Whether you’re a budding barista or a coffee connoisseur, you probably already know the importance of a good coffee grinder. This essential tool is what determines how flavorful your coffee will be and is one if not the most important part of the coffee brewing process.
During your search, you’ll come across a large variety of types and styles of coffee grinders, but two of the most commonly relied upon for consistently good tasting coffee are burr and cone grinders. Below you’ll discover more about their intriguing differences so you can decide on the right one to purchase.
How Do Burr Grinders Work?
A burr grinder gets its name from the smooth, flat blade embedded inside. This is composed of tiny sharp edges that overlap each other. You can calibrate the device to open or close the blade to a certain degree. This regulates how finely the beans are chopped.
Once activated, these components will rapidly spin and cut the beans into fine particles as they fall through the center into a small storage container.
How Do Conical Grinders Work?
A cone grinder has a cylindrical appearance. It uses two mechanisms to slice beans – a serrated blade and a conical one.
To pierce the coffee beans, you first pour them into the grinder’s chamber. As the blades revolve, the beans will fall into them and then be sent into a storage container at the bottom.
The precise movement of cone grinders ensures that the result is consistent. This way, you don’t have to worry about clumps or whole beans slipping through. Because of this meticulous process, the grinder is perfect for those who favor micro-grounds.
Their Distinctive Anatomy
Another key difference between these two is their composition. Burr grinders will have a circular chamber that the beans rest in. Many times, there’s a disk beneath it that can be turned to open or close its horizontal blade at a specific point depending on the ground size that you require. After you power the grinder on, the beans will slowly slide through the center and be cut up before they enter the lower container.
At first glance, conical grinders seem no different than burr ones, but if you investigate them closer, you’ll find that there is a significant contrast. While there are adaptable settings, the blades are inserted differently. Unlike the burr grinder, a conical grinder has its blades situated at a vertical angle. This unique position helps to evenly funnel the grounds through to the lower canister.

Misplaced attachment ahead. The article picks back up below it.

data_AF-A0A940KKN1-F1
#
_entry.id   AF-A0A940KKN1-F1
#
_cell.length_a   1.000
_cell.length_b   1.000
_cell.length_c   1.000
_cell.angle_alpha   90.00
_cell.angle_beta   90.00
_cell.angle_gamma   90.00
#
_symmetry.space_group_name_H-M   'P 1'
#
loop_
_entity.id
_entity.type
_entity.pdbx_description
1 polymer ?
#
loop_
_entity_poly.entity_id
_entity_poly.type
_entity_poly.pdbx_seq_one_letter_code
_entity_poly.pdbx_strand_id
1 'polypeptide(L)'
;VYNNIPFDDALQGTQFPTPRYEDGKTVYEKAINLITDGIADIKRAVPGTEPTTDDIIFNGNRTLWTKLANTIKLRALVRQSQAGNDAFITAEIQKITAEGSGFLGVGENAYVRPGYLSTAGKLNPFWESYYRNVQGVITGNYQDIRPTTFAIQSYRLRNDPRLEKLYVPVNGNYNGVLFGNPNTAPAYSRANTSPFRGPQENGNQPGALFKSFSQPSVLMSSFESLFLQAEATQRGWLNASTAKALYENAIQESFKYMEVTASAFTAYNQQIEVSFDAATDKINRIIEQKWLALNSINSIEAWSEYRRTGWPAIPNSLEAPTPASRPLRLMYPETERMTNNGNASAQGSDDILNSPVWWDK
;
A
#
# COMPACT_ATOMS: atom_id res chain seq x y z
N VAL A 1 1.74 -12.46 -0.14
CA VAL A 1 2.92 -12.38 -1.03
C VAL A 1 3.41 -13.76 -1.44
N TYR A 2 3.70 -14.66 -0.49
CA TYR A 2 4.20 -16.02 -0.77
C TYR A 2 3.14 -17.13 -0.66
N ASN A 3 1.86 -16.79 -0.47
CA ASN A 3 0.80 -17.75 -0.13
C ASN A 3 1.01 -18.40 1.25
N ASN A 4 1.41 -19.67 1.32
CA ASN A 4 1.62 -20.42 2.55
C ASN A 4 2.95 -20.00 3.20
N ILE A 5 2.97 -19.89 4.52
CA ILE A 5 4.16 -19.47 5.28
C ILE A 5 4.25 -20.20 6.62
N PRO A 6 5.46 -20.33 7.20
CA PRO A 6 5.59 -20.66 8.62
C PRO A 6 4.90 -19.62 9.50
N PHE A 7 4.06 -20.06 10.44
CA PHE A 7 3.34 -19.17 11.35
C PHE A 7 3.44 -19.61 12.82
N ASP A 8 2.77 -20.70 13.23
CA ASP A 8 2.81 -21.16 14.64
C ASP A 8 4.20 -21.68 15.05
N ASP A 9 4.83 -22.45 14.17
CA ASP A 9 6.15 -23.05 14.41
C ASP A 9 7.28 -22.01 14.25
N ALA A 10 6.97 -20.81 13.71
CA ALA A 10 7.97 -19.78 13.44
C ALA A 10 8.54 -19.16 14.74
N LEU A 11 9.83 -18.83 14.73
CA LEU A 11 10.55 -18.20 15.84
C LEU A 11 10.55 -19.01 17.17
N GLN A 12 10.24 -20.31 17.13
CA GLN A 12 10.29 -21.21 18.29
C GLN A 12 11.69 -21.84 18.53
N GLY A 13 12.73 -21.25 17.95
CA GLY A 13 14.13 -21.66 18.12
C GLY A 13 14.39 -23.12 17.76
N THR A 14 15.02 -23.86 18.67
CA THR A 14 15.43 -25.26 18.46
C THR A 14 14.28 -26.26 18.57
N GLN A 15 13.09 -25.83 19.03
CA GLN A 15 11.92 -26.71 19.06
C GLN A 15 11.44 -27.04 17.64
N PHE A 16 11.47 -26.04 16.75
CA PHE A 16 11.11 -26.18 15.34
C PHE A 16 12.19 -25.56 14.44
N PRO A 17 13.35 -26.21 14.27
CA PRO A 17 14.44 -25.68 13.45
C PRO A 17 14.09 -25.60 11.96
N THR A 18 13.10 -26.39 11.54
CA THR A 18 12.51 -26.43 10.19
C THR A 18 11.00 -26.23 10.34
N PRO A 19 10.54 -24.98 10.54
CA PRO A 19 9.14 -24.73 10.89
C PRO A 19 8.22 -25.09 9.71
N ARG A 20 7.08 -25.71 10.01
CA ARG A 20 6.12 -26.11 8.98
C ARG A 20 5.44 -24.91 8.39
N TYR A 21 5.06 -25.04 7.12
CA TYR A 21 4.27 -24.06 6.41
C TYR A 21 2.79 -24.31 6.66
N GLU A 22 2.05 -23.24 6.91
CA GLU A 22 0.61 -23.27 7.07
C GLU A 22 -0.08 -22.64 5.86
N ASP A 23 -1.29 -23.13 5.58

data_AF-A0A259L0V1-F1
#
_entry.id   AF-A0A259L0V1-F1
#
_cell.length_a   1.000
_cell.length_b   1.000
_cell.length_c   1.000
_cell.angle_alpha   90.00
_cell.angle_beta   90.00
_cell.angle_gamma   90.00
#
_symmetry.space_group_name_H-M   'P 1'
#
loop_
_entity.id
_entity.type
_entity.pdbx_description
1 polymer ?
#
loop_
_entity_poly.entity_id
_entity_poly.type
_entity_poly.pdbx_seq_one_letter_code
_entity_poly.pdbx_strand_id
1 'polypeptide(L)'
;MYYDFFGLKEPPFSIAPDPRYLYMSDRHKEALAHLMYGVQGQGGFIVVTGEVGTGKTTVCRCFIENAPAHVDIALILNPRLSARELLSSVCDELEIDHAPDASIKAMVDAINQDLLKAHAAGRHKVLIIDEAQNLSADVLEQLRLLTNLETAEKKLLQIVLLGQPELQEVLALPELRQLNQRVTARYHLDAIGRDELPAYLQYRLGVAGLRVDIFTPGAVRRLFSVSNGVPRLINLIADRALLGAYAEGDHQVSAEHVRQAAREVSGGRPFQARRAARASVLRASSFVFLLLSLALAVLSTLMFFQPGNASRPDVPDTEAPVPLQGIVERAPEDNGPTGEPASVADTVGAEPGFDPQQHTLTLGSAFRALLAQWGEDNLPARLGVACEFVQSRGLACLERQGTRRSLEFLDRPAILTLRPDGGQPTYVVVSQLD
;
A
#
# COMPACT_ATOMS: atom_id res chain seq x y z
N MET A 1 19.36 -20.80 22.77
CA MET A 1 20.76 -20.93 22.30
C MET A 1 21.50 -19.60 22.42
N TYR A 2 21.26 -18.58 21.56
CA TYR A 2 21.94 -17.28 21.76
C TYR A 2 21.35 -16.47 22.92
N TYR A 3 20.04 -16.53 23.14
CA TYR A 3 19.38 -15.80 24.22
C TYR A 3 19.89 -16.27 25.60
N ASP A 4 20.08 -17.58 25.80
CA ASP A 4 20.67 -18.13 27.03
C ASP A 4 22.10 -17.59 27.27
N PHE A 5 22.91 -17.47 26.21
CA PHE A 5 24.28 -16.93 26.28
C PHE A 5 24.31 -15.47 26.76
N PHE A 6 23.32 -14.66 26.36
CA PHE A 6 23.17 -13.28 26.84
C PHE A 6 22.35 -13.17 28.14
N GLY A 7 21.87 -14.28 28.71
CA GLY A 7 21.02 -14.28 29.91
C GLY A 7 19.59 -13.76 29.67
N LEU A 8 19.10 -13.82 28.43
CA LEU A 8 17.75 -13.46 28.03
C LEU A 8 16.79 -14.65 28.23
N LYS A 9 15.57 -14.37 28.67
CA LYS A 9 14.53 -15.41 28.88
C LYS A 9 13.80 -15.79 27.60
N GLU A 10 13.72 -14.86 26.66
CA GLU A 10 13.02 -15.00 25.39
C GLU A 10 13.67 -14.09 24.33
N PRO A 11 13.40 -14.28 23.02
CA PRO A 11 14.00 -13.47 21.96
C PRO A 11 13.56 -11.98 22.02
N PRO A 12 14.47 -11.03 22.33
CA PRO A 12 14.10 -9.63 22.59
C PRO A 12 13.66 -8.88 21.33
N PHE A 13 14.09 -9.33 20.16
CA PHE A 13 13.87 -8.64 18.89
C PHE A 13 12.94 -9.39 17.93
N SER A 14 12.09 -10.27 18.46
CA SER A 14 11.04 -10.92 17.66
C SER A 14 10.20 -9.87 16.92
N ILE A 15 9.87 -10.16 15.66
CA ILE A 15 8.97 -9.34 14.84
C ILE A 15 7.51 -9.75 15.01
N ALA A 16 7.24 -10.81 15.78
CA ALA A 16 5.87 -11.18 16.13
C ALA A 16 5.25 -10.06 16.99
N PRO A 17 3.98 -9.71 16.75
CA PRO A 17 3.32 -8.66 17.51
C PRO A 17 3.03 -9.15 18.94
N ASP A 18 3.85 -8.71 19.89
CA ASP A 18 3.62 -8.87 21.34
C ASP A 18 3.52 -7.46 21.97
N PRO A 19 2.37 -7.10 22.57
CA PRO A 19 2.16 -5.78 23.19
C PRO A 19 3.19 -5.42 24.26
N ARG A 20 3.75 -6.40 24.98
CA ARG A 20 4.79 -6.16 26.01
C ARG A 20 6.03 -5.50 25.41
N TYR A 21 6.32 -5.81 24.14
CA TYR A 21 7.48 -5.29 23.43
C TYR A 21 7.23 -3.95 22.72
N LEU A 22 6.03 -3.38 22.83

Which Type of Grinder is Right for Me?
If you’re still unsure about which is best for you, consider these characteristics.
Type of Brewing You Want to Do
Because cone grinders crush the beans into extremely fine particles, they’re best for coffees that need slow extraction. These include Turkish coffee and espresso. You can also use them with siphons.
It’s important to check how loudly the grinder operates. While this might seem like a minor thing, it can play a huge role in how well the device works for you. If the utensil is revving up too much, it could end up being a nuisance to use. Also, a noisy grinder indicates that the motor is running quickly. Speed is pivotal but if the grinder runs too much it could break. Because of this, examine the grinder’s decibel levels. If you prefer a quiet grinder, make sure it uses less than 50 decibels. In most cases, cone grinders tend to be a bit quieter than burr ones.
Unimodal distribution shows whether the grounds are sorted through in an even pattern. For many coffee styles, you need to ensure that the grounds are perfectly symmetrical. This guarantees that you get the best extraction possible.
Burr grinders are known for their unimodal distribution. This is because the blades run at a particular angle. The uniformity gives the drink a steady flavor.
Cone grinders use bimodal distribution so you’ll find small and large grounds mixed together. The tiny pieces act as a filter so as water seeps through them, they allow it to fully soak into the larger grounds. This gives the coffee a bold tang.
The faster the grinder’s motor moves, the more energy it will generate. This energy produces heat. If the device doesn’t have proper ventilation, the hot temperature could burn the motor and surrounding components. This also makes it a potential fire hazard.
Burr grinders tend to create more heat than conical ones because their blades require extra power. The latter doesn’t need as much energy so you’ll find they have better heat retention.
If you want to prevent overheating, check that the burr grinder has low revolutions per minute (RPM) such as 1,500. You’ll also want to verify that there are ventilation holes. If not, you might want to go for a conical one.
One of the most crucial aspects is the grinder’s settings. These are what allow you to adjust the taste and strength of your coffee.
If you want variety, conical grinders are what you should opt for. They’re equipped with more features and can be altered to distinct widths and heights. You’ll find similar details with burr grinders but they usually only give you one or two preset choices.
Overall, if you want consistency and vast brewing options, a burr grinder is probably ideal. However, they can be a bit pricey, loud, and don’t have the best heat distribution. On the other hand, conical grinders only have a few brewing styles but are more affordable and quieter. They can also give the coffee a stronger taste.
Burr and cone grinders vary in numerous ways, but they’re both designed to give you a delicious cup of coffee. If you’re not sure which is right for you, be sure to keep this information in mind. It will help guide you toward the perfect one for your coffee station.
To get an idea on what these types of coffee grinders cost, features and size you can check out these links to Amazon to get started:
List of Best Selling Burr Grinders on Amazon
List of Best Selling Conical Grinders on Amazon